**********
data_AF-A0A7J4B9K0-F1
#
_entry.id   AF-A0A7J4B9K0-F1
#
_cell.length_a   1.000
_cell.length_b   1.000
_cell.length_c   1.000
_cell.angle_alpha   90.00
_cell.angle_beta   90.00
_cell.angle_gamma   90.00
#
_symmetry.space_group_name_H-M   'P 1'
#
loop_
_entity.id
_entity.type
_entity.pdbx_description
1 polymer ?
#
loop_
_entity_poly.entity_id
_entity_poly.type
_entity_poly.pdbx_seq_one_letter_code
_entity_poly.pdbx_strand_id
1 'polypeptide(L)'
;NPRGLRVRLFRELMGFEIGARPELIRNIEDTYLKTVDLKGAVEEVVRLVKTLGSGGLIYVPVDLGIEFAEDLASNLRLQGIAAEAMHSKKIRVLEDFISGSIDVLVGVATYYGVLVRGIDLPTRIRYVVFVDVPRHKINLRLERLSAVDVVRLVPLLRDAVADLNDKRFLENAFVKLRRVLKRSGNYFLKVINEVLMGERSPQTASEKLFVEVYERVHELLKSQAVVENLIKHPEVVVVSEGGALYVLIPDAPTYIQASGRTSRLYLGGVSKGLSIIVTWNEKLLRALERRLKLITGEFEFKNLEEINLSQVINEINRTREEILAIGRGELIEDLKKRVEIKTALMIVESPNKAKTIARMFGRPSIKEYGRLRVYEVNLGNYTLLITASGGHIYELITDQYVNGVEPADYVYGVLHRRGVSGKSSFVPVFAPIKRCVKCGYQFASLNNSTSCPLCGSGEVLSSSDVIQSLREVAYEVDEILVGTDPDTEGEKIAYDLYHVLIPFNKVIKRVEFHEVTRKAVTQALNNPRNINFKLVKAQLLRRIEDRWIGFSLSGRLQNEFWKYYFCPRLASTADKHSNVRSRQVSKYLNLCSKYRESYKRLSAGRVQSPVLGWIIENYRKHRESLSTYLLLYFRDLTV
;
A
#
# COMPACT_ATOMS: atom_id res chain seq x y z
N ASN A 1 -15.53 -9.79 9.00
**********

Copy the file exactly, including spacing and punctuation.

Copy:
data_AF-A0A7J4B9K0-F1
#
_entry.id   AF-A0A7J4B9K0-F1
#
_cell.length_a   1.000
_cell.length_b   1.000
_cell.length_c   1.000
_cell.angle_alpha   90.00
_cell.angle_beta   90.00
_cell.angle_gamma   90.00
#
_symmetry.space_group_name_H-M   'P 1'
#
loop_
_entity.id
_entity.type
_entity.pdbx_description
1 polymer ?
#
loop_
_entity_poly.entity_id
_entity_poly.type
_entity_poly.pdbx_seq_one_letter_code
_entity_poly.pdbx_strand_id
1 'polypeptide(L)'
;NPRGLRVRLFRELMGFEIGARPELIRNIEDTYLKTVDLKGAVEEVVRLVKTLGSGGLIYVPVDLGIEFAEDLASNLRLQGIAAEAMHSKKIRVLEDFISGSIDVLVGVATYYGVLVRGIDLPTRIRYVVFVDVPRHKINLRLERLSAVDVVRLVPLLRDAVADLNDKRFLENAFVKLRRVLKRSGNYFLKVINEVLMGERSPQTASEKLFVEVYERVHELLKSQAVVENLIKHPEVVVVSEGGALYVLIPDAPTYIQASGRTSRLYLGGVSKGLSIIVTWNEKLLRALERRLKLITGEFEFKNLEEINLSQVINEINRTREEILAIGRGELIEDLKKRVEIKTALMIVESPNKAKTIARMFGRPSIKEYGRLRVYEVNLGNYTLLITASGGHIYELITDQYVNGVEPADYVYGVLHRRGVSGKSSFVPVFAPIKRCVKCGYQFASLNNSTSCPLCGSGEVLSSSDVIQSLREVAYEVDEILVGTDPDTEGEKIAYDLYHVLIPFNKVIKRVEFHEVTRKAVTQALNNPRNINFKLVKAQLLRRIEDRWIGFSLSGRLQNEFWKYYFCPRLASTADKHSNVRSRQVSKYLNLCSKYRESYKRLSAGRVQSPVLGWIIENYRKHRESLSTYLLLYFRDLTV
;
A
#
# COMPACT_ATOMS: atom_id res chain seq x y z
N ASN A 1 -15.53 -9.79 9.00